Obsidian Extension Model support was added here and a few filters shipped with the release.
The Quick Evaluator was added as a color selector.
Obsidian Alpha 3
Alpha 3 didn't change much visually but implemented more of the paint tools and fixed a lot of bugs including the half pixel offset issue. Tile Image was added, as were transparency modes. Still missing Freeform Select, Magic Wand, Gradient, Polygon, and Bezier.
The text tool is pretty terrible but technically puts text on the screen (and the font cannot be changed).
This was the first (and only) release to be explicitly compiled for Mono. It used the "Nookkin's Paint Shop" name as a tribute since my relatives who used the original Nookkin's Paint Shop wanted a Linux version.
And here's a slightly older never-released one running on Linux (only screenshot I could find). Too bad it never worked, though Mono was in its pretty early stages at the time so it was probably just missing critical APIs. From what I remember it could draw but couldn't save the files.
Obsidian Alpha 4
This fixed a lot of bugs and added missing functionality. Freeform Select, Magic Wand, Gradient, Polygon, and Bezier tools were still not implemented but the buttons in the toolbox were grayed out.
The Color Picker switched to tabs on the left instead of along the bottom bringing it much closer to its present-day appearance. The RGB mixer received an alpha channel. HSL and YUV color space support was added to both the Color Resolution Engine and the UI of the color picker.
Obsidian Beta 1
With much fanfare, Beta 1 was released in August of 2012, just in time for my senior year of college to start back up again. I was applying for internships and wanted a great résumé builder so I had spent the previous summer working on the beta and it paid off.
New splash screen of course.
The "Elegant" color scheme made its debut here. It was a flatter look that removed gradients. The update notifier made its debut as well. The MS Paint palette was hidden by default reclaiming some much-needed vertical screen space but it can be re-enabled if desired. All paint tools including freeform select were implemented; Magic Wand and Gradient were scrapped.
Document recovery based on using the undo buffer's raw data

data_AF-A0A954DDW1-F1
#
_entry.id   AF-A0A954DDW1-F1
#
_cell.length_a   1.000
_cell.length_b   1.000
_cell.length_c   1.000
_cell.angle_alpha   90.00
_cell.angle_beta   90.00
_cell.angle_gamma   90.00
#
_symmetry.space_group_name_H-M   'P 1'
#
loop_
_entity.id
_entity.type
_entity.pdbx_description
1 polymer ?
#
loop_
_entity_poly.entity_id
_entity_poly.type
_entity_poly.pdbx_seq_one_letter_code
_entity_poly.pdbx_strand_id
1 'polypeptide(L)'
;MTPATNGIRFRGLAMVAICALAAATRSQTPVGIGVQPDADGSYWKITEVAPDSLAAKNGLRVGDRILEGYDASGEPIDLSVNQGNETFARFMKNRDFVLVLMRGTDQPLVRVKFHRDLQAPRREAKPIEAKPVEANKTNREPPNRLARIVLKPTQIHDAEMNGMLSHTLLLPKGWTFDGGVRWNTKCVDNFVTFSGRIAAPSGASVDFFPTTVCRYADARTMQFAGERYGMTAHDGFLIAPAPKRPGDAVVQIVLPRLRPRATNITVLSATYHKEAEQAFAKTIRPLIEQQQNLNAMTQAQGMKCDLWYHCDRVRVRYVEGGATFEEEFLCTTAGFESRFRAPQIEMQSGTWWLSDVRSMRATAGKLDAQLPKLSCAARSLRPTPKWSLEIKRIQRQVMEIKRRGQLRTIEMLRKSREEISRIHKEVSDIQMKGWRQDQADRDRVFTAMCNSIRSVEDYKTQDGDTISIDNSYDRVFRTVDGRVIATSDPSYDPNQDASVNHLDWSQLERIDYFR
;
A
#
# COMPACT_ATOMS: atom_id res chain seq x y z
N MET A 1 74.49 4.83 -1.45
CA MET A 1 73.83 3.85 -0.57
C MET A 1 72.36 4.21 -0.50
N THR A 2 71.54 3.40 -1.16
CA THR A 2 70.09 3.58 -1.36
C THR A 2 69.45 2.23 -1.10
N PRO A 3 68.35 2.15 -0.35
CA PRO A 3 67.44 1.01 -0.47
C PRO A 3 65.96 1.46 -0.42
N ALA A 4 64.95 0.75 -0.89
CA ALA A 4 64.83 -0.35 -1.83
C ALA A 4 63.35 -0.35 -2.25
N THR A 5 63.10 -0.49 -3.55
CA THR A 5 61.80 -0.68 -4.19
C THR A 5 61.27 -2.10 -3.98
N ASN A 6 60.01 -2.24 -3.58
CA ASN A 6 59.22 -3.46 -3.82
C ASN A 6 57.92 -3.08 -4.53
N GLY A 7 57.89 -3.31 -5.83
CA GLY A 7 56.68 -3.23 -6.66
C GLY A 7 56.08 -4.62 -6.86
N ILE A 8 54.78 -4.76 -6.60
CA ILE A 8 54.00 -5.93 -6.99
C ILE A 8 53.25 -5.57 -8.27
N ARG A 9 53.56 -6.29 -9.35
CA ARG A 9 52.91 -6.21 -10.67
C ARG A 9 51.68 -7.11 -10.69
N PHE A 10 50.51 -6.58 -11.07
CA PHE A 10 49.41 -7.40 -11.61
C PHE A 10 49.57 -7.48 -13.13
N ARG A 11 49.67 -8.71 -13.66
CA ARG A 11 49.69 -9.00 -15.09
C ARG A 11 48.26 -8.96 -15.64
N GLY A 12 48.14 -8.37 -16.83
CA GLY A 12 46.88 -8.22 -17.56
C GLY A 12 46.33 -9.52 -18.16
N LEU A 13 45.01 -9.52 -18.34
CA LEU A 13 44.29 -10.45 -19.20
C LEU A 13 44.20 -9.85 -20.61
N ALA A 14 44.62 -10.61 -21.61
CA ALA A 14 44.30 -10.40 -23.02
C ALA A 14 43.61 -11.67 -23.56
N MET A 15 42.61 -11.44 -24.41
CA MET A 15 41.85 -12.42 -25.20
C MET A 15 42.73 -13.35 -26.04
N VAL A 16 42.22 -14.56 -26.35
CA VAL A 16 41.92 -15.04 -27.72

The text tool sort of works, you need to set the font first and can only type the text once with no ability to reposition.
The feedback form was updated, including a colorful selector for severity.
The Beta 1 release also coincided with the launch of the NPS Image Editor website.
Obsidian Beta 2
This added a bunch of features including a complete text tool, more filters, and optimized performance with ngen.
The text tool is complete! Text can be previewed and edited before placing.
Color swatches now support dragging and dropping to rearrange, and the swatches are slightly larger.
The Color Picker added CSS3 support and many more modifiers for the Color resolution Engine.
Obsidian Beta 3
This release added better support for Windows 8 and 8.1 including an optional touch-friendly layout with larger buttons. The welcome screen buttons were modernized to fit the scheme of the toolbars and added preset sizes for new images in the right-click menu.
NPS Image Editor 3.1
This was a significant internal code refactor without too many visible changes. At this point the release strategy switched to "perpetual beta" so various parts of the program displayed a "beta" status but the release is now referred to only by its version number.
The Color Picker has some significant improvements. Lab-based color spaces (Lab, XYZ, HCL) are added as are some standardized mixers for them.
"Adjustments" and "My Palette" selectors were added for better management of colors across different pickers.
Internal improvements include the ability to directly open HTTP/HTTPS/data: URIs, per-user components (so one user can add or delete things like brushes without affecting other users), and a default size limit for the main window to 1920x1080 to prevent it from filling an entire 4K screen at startup.
NPS Image Editor 3.2
L A Y E R S. This was a major release that added layers and many other improvements.
Such a significant feature necessitated a new splash screen in a more modern style. This "Metro" style logo also made its way into the Windows 10 Start menu.
The welcome screen uses the same modern styling and the menu bar blends into the Windows 10 window chrome. The update notifier now shows a small button in the top right instead of a full-size banner. The Feedback? link was replaced with a smiley face icon. Notice the 2 new toolbox buttons at the top left for manipulating layers.
Layers can be manipulated on the bottom right side of the window. The NPSD file format debuted in this release to allow saving multi-layer images.
An entirely new document recovery system was added since undo buffer snapshots can no longer recover a complete image when multiple layers are involved.
The color picker was modernized with a much larger preview area, color previews for current/previous, "automatic" web color support finding the least restrictive color match, nearest named color support, CSS4 HWB support, and the ability to restrict colors within the dialog to limited palettes.
Dragging and dropping files gives you more options within the drag operation. You might want to replace the image, add it as a selection or layer, or just open it in a new window.
The Feedback dialog now uses a web-based form
URIs can now be opened more easily, and a new multi-line text input dialog is added to support this (and other things) instead of using the very limited InputBox.
Ope, just gonna SNEAK right past ya and crash der for ya! New crash dialog follows the modern theme and adds a Midwestern twist to hopefully add a bit of humor to an otherwise unpleasant situation.
More history coming soon!